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Anesthesiology Research and Practice
Volume 2012 (2012), Article ID 647258, 6 pages
Research Article

Effect of Head Rotation on Cerebral Blood Velocity in the Prone Position

1Department of Anaesthesia, Sygehus Nord, 4300 Holbæk, Denmark
2Department of Diagnostic Radiology, Bispebjerg University Hospital, 2400 Copenhagen, Denmark
3Department of Anaesthesia, Bispebjerg Hospital Research Unit for Anaesthesia and Intensive Care (B.R.A.IN), Bispebjerg University Hospital, Bispebjerg Bakke 23, 2400 Copenhagen NV, Denmark
4Department of Clinical Biochemistry, Bispebjerg University Hospital, 2400 Copenhagen, Denmark
5Acute Admissions Unit, Department of Internal Medicine, Laboratory for Clinical Cardiovascular Physiology, AMC Center for Heart Failure, University of Amsterdam, 1105 AZ Amsterdam, The Netherlands
6School of Biomedical Sciences, University of Nottingham Medical School, Queen’s Medical Centre, Nottingham NG7 2RD, UK

Received 30 April 2012; Revised 3 July 2012; Accepted 25 July 2012

Academic Editor: Peter Andrews

Copyright © 2012 Jakob Højlund et al. This is an open access article distributed under the Creative Commons Attribution License, which permits unrestricted use, distribution, and reproduction in any medium, provided the original work is properly cited.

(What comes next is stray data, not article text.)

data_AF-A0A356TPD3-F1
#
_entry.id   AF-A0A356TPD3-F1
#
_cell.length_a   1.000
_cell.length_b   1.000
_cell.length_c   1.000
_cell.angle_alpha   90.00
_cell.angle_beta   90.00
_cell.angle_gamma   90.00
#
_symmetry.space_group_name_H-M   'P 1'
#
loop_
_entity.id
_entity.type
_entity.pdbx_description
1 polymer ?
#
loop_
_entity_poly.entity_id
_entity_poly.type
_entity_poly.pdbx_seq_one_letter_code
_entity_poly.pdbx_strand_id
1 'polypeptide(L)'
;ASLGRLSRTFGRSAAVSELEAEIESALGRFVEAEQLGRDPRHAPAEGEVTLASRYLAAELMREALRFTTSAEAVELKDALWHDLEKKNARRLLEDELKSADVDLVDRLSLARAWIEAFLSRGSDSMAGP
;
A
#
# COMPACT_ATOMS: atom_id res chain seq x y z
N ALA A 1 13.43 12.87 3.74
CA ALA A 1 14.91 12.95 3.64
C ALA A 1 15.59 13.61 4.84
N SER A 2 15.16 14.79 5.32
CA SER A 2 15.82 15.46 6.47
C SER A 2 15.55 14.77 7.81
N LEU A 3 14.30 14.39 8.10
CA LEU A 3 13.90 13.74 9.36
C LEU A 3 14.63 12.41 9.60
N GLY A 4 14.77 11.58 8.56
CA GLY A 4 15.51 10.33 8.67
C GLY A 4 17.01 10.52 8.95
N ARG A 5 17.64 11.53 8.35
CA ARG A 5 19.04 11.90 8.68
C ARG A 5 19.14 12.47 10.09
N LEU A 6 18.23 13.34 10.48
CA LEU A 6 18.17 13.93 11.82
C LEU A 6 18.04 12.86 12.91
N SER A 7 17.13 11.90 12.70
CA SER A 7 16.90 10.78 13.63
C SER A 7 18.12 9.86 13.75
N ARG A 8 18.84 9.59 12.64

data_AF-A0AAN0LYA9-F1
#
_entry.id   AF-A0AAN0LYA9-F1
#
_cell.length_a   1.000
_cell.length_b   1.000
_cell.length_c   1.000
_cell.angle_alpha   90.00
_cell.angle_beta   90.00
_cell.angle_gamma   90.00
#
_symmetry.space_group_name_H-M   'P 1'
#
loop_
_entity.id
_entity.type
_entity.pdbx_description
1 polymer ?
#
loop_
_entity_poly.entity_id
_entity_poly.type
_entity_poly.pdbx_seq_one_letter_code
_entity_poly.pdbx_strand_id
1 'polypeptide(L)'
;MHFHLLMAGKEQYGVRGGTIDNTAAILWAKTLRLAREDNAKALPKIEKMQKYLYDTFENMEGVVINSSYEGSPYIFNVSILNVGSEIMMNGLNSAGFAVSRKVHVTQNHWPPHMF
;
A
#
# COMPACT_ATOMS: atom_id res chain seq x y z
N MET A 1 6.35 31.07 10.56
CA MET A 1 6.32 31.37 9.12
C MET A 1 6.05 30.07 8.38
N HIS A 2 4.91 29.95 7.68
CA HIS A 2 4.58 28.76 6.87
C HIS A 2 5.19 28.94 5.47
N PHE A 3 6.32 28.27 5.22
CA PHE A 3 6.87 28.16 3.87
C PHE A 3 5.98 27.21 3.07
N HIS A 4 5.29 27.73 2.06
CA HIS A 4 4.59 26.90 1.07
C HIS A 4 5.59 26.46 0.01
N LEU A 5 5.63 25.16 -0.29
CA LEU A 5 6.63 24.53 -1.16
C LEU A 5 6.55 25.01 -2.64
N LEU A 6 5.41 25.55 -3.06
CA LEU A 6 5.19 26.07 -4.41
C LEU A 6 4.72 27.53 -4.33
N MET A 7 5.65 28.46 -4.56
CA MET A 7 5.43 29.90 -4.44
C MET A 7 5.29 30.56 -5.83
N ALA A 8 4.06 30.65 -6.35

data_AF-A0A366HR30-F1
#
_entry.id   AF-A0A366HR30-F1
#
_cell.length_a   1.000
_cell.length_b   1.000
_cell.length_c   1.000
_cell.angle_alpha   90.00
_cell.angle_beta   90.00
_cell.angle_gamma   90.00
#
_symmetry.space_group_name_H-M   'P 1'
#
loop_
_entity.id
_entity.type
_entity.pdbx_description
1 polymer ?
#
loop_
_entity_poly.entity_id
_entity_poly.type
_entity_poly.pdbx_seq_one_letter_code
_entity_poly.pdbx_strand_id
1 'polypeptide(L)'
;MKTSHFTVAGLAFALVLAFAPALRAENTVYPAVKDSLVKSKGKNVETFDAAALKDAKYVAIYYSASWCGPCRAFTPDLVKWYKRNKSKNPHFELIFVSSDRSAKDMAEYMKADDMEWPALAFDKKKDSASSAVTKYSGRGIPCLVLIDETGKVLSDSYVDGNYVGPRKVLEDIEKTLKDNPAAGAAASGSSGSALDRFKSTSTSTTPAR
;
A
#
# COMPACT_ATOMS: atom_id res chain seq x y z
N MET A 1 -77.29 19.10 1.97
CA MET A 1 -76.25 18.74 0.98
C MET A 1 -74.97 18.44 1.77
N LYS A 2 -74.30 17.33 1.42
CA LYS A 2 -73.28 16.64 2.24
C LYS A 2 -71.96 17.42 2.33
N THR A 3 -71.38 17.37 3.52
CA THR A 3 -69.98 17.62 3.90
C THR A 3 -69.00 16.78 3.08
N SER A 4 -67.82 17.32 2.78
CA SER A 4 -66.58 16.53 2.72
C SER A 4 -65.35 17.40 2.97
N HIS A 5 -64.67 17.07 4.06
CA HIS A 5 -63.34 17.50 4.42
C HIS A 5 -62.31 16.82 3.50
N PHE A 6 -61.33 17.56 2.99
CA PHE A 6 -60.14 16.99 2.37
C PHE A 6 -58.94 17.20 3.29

Background. The prone position is applied to facilitate surgery of the back and to improve oxygenation in the respirator-treated patient. In particular, with positive pressure ventilation the prone position reduces venous return to the heart and in turn cardiac output (CO) with consequences for cerebral blood flow. We tested in healthy subjects the hypothesis that rotating the head in the prone position reduces cerebral blood flow. Methods. Mean arterial blood pressure (MAP), stroke volume (SV), and CO were determined, together with the middle cerebral artery mean blood velocity (MCA 𝑉 m e a n ) and jugular vein diameters bilaterally in 22 healthy subjects in the prone position with the head centered, respectively, rotated sideways, with and without positive pressure breathing (10 cmH2O). Results. The prone position reduced SV (by 5 . 4 ± 1 . 5 %; 𝑃 < 0 . 0 5 ) and CO (by 2 . 3 ± 1 . 9 %), and slightly increased MAP (from 7 8 ± 3 to 8 0 ± 2  mmHg) as well as bilateral jugular vein diameters, leaving MCA 𝑉 m e a n unchanged. Positive pressure breathing in the prone position increased MAP (by 3 . 6 ± 0 . 8  mmHg) but further reduced SV and CO (by 9 . 3 ± 1 . 3 % and 7 . 2 ± 2 . 4 % below baseline) while MCA 𝑉 m e a n was maintained. The head-rotated prone position with positive pressure breathing augmented MAP further ( 8 7 ± 2  mmHg) but not CO, narrowed both jugular vein diameters, and reduced MCA 𝑉 m e a n (by 8 . 6 ± 3 . 2 %). Conclusion. During positive pressure breathing the prone position with sideways rotated head reduces MCA 𝑉 m e a n ~10% in spite of an elevated MAP. Prone positioning with rotated head affects both CBF and cerebrovenous drainage indicating that optimal brain perfusion requires head centering.